Shaheen was scooped up in the second round of the 2016 draft and, especially with Zach Miller's career likely over, the Ashland product is a near-lock for an expanded role in his second season. Shaheen is 6-foot-6, 278 pounds and sports terrific quickness and receiving ability. Shaheen was asked to block on 71 percent of his 228 rookie-season snaps, but caught all but two of his 14 targets for 127 yards and three touchdowns. The Bears' offense will get a fresh start with a new coaching staff in place in 2018, and the second-year Mitchell Trubisky-to-Shaheen battery has the potential to be a centerpiece of the team's passing game for the next decade.

Cincinnati Bengals: John Ross

The star of the 2017 NFL combine, Ross ran a 4.22 40-yard dash, which beat the previous all-time record of 4.24 (Chris Johnson). Ross was selected ninth overall in the draft and seemed destined for a significant rookie-season role opposite A.J. Green. Instead, he battled through injuries and a fumble on his only touch (a 12-yard carry) led him to Marvin Lewis' doghouse for most of the season. Ross ended up playing 15 snaps in three games. Durability is certainly a major concern for Ross, as he suffered serious injuries to both knees and dealt with a shoulder issue in 2017. Still, he's only 22 years old and sports elite speed and DeSean Jackson/Brandin Cooks upside. Ross is a good bet for a bigger role in 2018 and should be targeted as a post-hype sleeper.

Cleveland Browns: David Njoku

Njoku was one of the most intriguing offensive weapons in the 2016 draft and Cleveland bought into the hype, scooping him up with the 29th overall pick. The Miami product is 6-foot-4, 246 pounds with 35.3-inch arms and terrific speed, athleticism and versatility. Njoku was one of the league's youngest players as a rookie, but still played a relatively significant role. He was on the field for 47 percent of Cleveland's snaps and caught 32 of 58 targets for 386 yards and four touchdowns. Projected as a strong weapon near the goal line, Njoku's 4.7 OTD ranked 11th and his eight end zone targets seventh at the position. Njoku is only 21 years old and has a long way to go as a blocker, but he's a strong bet for a 2018 breakout, especially if Cleveland finds a competent quarterback.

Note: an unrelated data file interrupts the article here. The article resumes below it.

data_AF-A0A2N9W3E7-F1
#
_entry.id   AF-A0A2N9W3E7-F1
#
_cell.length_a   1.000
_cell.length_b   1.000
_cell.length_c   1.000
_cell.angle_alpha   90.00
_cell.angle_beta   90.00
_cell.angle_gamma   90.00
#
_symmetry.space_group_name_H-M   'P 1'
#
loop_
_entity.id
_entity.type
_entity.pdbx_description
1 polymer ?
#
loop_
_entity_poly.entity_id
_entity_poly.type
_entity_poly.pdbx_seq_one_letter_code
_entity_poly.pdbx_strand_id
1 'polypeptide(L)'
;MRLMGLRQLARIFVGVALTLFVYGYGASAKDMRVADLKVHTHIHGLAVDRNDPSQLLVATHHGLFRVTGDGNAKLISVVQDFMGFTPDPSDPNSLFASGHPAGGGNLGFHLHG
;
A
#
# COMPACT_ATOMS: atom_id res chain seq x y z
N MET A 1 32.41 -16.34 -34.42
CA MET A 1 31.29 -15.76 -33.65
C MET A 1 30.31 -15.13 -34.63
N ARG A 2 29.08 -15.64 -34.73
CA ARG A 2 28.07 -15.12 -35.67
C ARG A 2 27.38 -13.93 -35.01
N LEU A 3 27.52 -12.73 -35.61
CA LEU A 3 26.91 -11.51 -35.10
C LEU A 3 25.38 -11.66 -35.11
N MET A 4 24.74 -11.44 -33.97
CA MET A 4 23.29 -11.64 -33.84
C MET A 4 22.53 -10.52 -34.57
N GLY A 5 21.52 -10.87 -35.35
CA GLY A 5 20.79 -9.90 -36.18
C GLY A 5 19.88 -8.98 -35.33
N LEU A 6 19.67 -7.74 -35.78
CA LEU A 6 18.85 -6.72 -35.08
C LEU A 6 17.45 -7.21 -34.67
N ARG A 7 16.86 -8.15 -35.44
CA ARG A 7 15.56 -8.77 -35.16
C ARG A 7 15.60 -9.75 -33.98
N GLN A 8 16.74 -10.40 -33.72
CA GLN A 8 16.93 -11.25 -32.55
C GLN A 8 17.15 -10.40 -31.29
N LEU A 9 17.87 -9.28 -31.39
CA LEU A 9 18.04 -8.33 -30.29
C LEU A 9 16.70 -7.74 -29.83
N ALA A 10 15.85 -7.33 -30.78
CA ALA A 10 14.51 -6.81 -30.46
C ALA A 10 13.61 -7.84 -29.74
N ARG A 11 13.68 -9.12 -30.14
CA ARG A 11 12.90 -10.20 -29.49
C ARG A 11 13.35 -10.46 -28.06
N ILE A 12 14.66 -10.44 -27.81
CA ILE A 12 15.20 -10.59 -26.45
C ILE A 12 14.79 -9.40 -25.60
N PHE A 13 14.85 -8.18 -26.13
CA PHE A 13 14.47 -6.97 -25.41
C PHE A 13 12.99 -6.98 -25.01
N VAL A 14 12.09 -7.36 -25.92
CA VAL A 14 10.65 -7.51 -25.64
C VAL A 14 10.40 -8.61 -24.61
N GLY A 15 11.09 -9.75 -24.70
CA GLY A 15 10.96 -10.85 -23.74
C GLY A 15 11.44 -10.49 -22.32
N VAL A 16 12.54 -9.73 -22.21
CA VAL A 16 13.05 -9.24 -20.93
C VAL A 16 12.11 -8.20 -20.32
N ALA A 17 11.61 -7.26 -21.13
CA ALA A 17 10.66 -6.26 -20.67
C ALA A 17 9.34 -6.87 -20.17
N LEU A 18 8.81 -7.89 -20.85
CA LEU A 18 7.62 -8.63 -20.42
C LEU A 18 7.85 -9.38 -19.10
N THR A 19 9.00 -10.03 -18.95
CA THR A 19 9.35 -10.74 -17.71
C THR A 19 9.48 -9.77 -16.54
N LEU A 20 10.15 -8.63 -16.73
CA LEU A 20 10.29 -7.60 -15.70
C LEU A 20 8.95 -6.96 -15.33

Dallas Cowboys: Rico Gathers

Veteran tight end Jason Witten plans to return in 2018, which certainly stunts Gathers' path to a breakout season, but the intriguing 2016 sixth-round pick should be on your radar. Gathers has yet to play a regular-season snap, but his dominant play in practice and the preseason has earned him the nickname "Zeus". Gathers caught seven of eight targets for 106 yards and a pair of touchdowns during two 2017 preseason games. He's a converted basketball player standing 6-foot-6, 290 pounds. Gathers' lingering concussion symptoms are a concern, but the 24-year-old has massive upside.

Denver Broncos: Carlos Henderson

Henderson was selected in the third round of last year's draft, but missed his entire rookie campaign with a thumb injury. The lost season is a concern, but there's a ton to like about the 23-year-old's prospects. He posted 1,668 yards and 21 touchdowns from scrimmage while adding 805 yards and a pair of scores on 25 kick returns during his final season at Louisiana Tech. Henderson is on the small side (5-foot-11, 199 pounds), but he's fast, quick, versatile and sure-handed. Henderson ran a 4.46 40-yard dash and posted a 131-inch broad jump at last year's combine. Both Demaryius Thomas and Emmanuel Sanders are under contract through 2019, but both are now in their 30s and Denver has very little else in terms of receiving threats. Henderson will get a shot at a significant offensive role in 2018 and he'll make for an especially intriguing late-round flier if Denver lands a quarterback upgrade.

Detroit Lions: Kenny Golladay

Golladay entered the league last season as yet another in a long line of height/weight/speed prospects. Detroit liked the 6-foot-4, 218 pounder with 4.50 wheels enough to invest a third-round pick. Though he missed six games with an injury, Golladay's rookie season was a success. He was on the field for 69 percent of the team's pass plays when healthy, and caught 28 of 47 targets for 477 yards and three touchdowns. Golladay will enter his second season behind Marvin Jones Jr. and Golden Tate, but he certainly looked the part on tape and appears to be a legit NFL starter when eventually presented with an opportunity. At the very least, Golladay should run as Detroit's No. 3 receiver and play a significant role near the goal line in 2018.

Green Bay Packers: Aaron Jones

The house money is on Jamaal Williams to open 2018 as the Packers' lead back, but I stand by my pre-draft and in-season opinion that Jones is the better back of the two 2017 draft selections. Jones averaged 5.5 yards per carry (2.21 after contact) on 81 rookie-season rushes. Williams averaged 3.6 YPC (1.88 YAC) on 153 tries. The rushing efficiency is nothing new for Jones, who averaged 7.7 YPC in his final season at UTEP (easily highest among backs who attended the 2017 combine). Williams is a terrific pass blocker and Jones struggled in the area, which is certainly going to be a factor in playing time for the two second-year backs, but Jones' massive edge as a rusher figures to earn him touches. Williams may go earlier in 2018 fantasy drafts, but Jones is a name to target later.